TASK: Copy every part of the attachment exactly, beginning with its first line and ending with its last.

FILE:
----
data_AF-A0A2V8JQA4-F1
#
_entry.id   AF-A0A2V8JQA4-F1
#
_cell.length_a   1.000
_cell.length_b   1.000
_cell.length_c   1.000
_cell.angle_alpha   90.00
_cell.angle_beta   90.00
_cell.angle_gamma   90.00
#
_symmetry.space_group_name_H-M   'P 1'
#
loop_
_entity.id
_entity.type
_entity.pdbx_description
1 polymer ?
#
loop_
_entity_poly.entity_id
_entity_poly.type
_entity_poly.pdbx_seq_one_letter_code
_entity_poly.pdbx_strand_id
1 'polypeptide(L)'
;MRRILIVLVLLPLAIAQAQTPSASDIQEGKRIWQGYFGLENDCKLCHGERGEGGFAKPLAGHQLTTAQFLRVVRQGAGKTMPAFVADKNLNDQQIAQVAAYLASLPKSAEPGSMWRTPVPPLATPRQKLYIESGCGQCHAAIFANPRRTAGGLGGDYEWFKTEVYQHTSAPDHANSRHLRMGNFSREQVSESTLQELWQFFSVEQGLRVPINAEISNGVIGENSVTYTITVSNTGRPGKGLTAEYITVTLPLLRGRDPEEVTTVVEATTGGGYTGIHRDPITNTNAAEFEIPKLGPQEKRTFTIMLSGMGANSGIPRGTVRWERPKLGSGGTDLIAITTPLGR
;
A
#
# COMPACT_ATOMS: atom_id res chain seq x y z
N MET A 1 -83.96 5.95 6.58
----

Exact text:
data_AF-A0A2V8JQA4-F1
#
_entry.id   AF-A0A2V8JQA4-F1
#
_cell.length_a   1.000
_cell.length_b   1.000
_cell.length_c   1.000
_cell.angle_alpha   90.00
_cell.angle_beta   90.00
_cell.angle_gamma   90.00
#
_symmetry.space_group_name_H-M   'P 1'
#
loop_
_entity.id
_entity.type
_entity.pdbx_description
1 polymer ?
#
loop_
_entity_poly.entity_id
_entity_poly.type
_entity_poly.pdbx_seq_one_letter_code
_entity_poly.pdbx_strand_id
1 'polypeptide(L)'
;MRRILIVLVLLPLAIAQAQTPSASDIQEGKRIWQGYFGLENDCKLCHGERGEGGFAKPLAGHQLTTAQFLRVVRQGAGKTMPAFVADKNLNDQQIAQVAAYLASLPKSAEPGSMWRTPVPPLATPRQKLYIESGCGQCHAAIFANPRRTAGGLGGDYEWFKTEVYQHTSAPDHANSRHLRMGNFSREQVSESTLQELWQFFSVEQGLRVPINAEISNGVIGENSVTYTITVSNTGRPGKGLTAEYITVTLPLLRGRDPEEVTTVVEATTGGGYTGIHRDPITNTNAAEFEIPKLGPQEKRTFTIMLSGMGANSGIPRGTVRWERPKLGSGGTDLIAITTPLGR
;
A
#
# COMPACT_ATOMS: atom_id res chain seq x y z
N MET A 1 -83.96 5.95 6.58